Tuesday, June 27, 2017

Is Healthcare a Right or Privilege? Wrong Question.

The question comes up all the time: Is healthcare a right or a privilege? Pope Francis has even weighed in.

I don't think this is the right question.

When people ask whether healthcare is a right or privilege, they are basically asking whether healthcare is either an act of charity or a luxury. And then if it is an act of charity, they ask whether others are entitled to that charity or not. Furthermore, this question implies that the benefits of healthcare go directly to individuals and not to society as a whole.

Sometimes the questions we ask have more power than the answers. A question can frame the debate and imply assumptions about the topic. Without realizing it, most of us answer the question only within the categories that the question gives. The way questions are asked can exert a powerful control over us if we are not aware.

Once asked, the discussion quickly gets derailed in debating the nature of charity itself and whether anyone is entitled to it. These are hot-button issues in US culture that usually promise nothing but gridlock.

I'll use an event from my life to illustrate another way to look at this issue.

My Story

Several years ago, I helped establish the Columbus Catholic Worker (CCW), a center for charity and justice efforts. It was a wonderful experience feeding the hungry, providing clothing to the less fortunate, teaching ESL and offering hospitality to immigrants. Ministry was blossoming in a part of town that was thirsty for Christian love in action. The organization was growing and putting down roots. While it took a village to birth these efforts, the CCW eventually fell under my care and direction. I loved it and felt God's grace pulsing through it.

Today, the doors to this organization are closed. A multitude of reasons converged to bring it to that point, but an often unnamed reason lurking in the background was healthcare. Because of a cancer diagnosis, I needed a "regular" job that came with health coverage. It might have taken several years before the CCW could have grown large enough to offer a salary with health benefits, if ever. I was okay with that. I could live lean for a while. I could wade through and wait out other problems. But I could not wait for health coverage. This organization could have served all of Columbus for many years. It was already having a positive impact on many people. It could have been my life's work. It took a lot of effort from a lot of people to start it, and it's not something that can be re-started so easily. It was hard to walk away from it.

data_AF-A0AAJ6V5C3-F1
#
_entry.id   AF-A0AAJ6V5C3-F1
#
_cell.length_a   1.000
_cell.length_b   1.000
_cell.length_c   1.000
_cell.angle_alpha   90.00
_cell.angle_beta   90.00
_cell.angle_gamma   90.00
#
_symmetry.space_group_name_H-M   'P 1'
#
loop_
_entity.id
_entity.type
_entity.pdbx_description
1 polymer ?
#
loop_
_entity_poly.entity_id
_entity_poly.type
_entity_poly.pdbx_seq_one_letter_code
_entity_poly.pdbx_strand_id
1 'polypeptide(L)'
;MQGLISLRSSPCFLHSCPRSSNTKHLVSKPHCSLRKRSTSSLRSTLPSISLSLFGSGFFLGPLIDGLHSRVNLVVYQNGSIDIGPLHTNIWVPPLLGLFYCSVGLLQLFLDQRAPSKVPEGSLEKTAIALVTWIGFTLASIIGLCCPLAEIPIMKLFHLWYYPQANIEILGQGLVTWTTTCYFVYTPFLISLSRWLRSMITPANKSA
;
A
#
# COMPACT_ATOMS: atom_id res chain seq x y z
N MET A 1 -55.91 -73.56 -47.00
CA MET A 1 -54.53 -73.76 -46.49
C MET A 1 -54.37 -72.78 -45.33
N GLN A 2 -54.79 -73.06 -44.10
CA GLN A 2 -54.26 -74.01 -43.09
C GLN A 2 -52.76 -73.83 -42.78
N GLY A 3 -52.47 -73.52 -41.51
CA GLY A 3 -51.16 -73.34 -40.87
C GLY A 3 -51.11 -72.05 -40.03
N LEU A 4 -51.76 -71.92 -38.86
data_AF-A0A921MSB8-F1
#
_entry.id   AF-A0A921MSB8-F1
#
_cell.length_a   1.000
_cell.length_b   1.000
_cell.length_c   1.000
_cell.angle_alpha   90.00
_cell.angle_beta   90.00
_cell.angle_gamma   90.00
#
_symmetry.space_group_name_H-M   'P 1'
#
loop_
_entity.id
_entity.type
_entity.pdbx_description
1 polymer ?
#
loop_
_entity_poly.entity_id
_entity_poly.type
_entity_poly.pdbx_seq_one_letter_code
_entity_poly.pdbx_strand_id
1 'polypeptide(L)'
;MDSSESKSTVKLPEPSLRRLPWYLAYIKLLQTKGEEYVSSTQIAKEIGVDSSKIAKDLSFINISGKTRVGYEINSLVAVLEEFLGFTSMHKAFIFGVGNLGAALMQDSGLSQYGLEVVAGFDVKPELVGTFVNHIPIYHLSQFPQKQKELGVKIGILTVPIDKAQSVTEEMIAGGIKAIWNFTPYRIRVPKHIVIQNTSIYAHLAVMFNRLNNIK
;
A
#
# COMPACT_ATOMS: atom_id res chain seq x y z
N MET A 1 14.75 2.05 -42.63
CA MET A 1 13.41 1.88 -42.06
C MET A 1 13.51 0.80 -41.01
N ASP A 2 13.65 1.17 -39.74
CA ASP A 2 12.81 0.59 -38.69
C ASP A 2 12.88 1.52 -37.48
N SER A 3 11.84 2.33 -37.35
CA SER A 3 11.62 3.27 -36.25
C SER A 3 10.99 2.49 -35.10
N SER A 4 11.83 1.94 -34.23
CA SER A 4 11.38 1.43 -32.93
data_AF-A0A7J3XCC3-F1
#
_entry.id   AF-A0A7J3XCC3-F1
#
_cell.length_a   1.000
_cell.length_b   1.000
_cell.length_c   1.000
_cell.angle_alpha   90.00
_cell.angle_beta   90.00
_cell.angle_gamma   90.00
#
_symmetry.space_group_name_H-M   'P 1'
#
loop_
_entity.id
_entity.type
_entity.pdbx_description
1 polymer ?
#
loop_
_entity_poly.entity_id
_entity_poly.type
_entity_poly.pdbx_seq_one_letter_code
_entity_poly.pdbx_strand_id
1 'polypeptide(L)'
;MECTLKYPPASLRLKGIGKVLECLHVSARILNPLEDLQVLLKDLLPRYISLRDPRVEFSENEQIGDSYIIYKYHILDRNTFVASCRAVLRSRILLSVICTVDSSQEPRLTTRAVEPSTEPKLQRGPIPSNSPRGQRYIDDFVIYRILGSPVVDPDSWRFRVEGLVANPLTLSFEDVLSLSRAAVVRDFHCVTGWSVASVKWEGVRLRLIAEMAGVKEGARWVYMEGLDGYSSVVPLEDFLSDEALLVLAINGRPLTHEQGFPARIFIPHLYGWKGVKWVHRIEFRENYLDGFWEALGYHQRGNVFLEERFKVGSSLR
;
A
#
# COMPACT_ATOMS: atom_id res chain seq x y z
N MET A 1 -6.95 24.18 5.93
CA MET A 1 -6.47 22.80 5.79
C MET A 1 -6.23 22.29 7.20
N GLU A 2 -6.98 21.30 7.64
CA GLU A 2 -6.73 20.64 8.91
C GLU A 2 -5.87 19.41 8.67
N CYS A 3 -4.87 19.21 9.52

While I have no regrets about where my life is today, this story illustrates an important point:

I am a citizen who had ideas and energy. I was willing to try out new ideas and take risks. The same could be said of my friends and partners who worked beside me in this ministry. The CCW benefited not just me but dozens of individuals and (dare I say) the whole city. But this work is no longer being done. 

Just imagine how many other people have to scale back--people with ideas, new inventions, innovations and business ideas. They have to limit how much they share these gifts because they are squandering their time and energy securing health coverage. 

We all suffer when we make it difficult for our neighbors to share their gifts.

Americans often live in a Hollywood fantasy that celebrates--and even expects--that others overcome every bit of adversity and still come out on top. After all, it happens in the movies and sometimes in the history books. It does work for some people, and those people deserve to be celebrated. The problem with those stories is that they don't reflect a fair expectation. In real life, real obstacles take a real toll on real people. It's not because people don't have the character, skills or faith to overcome them. Rather, it's just simple math: Someone who runs with a 50 lb weight strapped to his back is not going to run as far or as fast as if he did not have that weight. Yes, the weight may build extra strength and character and force innovation, but it may also come with significant delays, setbacks and failures in the meantime. If someone has a great business idea, I would rather she begin when  she is 25 years old rather than 45. She will bring more wisdom at age 45, but she will also lose 20 years of experience during which she could have been refining her craft rather than working side jobs in an unrelated field.